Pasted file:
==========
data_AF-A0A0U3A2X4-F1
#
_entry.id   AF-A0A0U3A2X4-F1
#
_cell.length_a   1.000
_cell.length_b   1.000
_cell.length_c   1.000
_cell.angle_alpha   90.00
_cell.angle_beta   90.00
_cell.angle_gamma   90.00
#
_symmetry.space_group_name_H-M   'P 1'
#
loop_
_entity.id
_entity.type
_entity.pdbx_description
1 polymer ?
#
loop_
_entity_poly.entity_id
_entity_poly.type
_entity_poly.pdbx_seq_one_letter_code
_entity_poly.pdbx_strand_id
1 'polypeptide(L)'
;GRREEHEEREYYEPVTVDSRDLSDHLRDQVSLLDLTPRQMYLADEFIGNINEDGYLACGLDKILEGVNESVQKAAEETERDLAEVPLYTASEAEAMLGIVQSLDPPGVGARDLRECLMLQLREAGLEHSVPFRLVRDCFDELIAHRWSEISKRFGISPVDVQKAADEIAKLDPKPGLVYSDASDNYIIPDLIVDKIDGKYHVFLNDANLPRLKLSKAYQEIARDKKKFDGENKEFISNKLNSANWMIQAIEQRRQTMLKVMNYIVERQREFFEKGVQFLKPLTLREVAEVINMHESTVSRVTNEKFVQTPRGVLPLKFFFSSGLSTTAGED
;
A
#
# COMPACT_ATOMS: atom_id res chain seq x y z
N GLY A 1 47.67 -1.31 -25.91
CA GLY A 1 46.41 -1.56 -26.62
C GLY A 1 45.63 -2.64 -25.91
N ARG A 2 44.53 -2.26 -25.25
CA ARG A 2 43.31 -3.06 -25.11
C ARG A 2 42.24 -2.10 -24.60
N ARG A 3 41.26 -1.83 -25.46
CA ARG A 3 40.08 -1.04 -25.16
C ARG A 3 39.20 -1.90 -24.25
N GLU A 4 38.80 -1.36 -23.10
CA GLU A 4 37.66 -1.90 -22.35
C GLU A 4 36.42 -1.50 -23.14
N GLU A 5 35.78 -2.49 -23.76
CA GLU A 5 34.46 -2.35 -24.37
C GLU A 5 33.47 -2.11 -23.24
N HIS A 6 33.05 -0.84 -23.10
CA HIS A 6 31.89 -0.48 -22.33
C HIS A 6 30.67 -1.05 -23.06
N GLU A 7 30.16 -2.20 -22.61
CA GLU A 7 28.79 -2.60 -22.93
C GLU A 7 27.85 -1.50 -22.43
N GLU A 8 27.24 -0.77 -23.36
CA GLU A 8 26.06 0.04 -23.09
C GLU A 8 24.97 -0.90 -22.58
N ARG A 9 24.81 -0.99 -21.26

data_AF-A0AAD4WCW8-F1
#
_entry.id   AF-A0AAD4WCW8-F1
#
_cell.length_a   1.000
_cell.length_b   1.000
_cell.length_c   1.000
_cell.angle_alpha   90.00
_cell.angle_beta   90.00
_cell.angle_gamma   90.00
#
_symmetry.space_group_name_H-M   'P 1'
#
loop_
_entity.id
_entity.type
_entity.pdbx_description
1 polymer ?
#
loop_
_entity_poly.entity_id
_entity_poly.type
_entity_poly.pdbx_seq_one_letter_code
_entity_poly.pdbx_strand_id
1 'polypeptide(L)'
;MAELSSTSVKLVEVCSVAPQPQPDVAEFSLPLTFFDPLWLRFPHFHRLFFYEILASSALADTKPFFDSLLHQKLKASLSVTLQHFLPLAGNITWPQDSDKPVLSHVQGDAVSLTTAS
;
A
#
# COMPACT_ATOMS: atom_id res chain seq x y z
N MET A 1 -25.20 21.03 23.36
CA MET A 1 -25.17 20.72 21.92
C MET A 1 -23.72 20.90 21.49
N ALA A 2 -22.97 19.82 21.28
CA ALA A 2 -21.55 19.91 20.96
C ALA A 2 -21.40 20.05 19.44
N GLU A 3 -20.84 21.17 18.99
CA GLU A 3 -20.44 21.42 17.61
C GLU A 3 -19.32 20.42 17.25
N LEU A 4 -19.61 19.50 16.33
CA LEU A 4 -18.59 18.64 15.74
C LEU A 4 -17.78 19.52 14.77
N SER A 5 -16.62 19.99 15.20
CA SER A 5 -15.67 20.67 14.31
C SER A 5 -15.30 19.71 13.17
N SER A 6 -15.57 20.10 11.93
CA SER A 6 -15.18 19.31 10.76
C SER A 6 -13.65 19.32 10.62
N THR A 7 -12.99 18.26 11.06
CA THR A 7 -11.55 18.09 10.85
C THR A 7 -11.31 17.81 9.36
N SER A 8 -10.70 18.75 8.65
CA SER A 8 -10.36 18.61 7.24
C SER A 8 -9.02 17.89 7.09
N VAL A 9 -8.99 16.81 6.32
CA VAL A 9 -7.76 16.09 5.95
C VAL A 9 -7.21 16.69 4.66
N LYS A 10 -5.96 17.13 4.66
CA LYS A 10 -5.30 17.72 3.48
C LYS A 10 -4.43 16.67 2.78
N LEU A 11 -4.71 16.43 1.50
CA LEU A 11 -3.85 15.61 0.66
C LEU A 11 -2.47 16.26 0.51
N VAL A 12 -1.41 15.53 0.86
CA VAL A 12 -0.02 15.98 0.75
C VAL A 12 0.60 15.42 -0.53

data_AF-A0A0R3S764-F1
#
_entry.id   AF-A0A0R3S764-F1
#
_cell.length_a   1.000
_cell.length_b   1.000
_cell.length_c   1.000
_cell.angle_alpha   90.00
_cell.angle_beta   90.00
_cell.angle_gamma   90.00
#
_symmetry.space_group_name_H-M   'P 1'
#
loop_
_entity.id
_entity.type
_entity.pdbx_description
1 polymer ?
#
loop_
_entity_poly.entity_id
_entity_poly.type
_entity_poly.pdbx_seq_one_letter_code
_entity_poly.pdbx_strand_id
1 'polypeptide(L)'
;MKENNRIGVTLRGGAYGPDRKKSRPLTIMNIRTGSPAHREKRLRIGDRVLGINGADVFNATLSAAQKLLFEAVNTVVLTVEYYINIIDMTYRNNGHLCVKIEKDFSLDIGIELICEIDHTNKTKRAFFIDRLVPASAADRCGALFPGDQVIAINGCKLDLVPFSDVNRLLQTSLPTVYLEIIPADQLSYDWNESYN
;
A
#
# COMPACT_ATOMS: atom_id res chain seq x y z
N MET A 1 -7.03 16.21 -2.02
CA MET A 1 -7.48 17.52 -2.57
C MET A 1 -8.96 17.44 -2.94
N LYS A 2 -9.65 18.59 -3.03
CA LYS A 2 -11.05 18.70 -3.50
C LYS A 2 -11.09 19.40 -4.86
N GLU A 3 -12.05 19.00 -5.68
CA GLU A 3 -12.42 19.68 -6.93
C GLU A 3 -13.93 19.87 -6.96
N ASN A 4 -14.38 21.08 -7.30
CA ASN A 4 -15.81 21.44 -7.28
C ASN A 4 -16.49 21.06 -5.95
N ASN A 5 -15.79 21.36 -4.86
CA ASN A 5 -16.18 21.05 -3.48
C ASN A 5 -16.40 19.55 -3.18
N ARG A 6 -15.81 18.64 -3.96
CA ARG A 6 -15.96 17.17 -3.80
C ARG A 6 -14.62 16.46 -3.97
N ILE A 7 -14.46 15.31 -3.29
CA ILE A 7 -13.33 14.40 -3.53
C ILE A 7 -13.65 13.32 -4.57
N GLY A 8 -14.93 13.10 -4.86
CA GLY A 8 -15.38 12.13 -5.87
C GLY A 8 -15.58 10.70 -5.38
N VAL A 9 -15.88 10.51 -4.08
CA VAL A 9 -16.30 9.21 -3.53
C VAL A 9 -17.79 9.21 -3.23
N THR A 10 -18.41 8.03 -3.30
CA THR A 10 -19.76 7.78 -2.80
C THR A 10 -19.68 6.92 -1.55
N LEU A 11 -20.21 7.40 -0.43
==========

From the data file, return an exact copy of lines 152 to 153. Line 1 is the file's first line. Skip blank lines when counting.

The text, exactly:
N MET A 1 -7.03 16.21 -2.02
CA MET A 1 -7.48 17.52 -2.57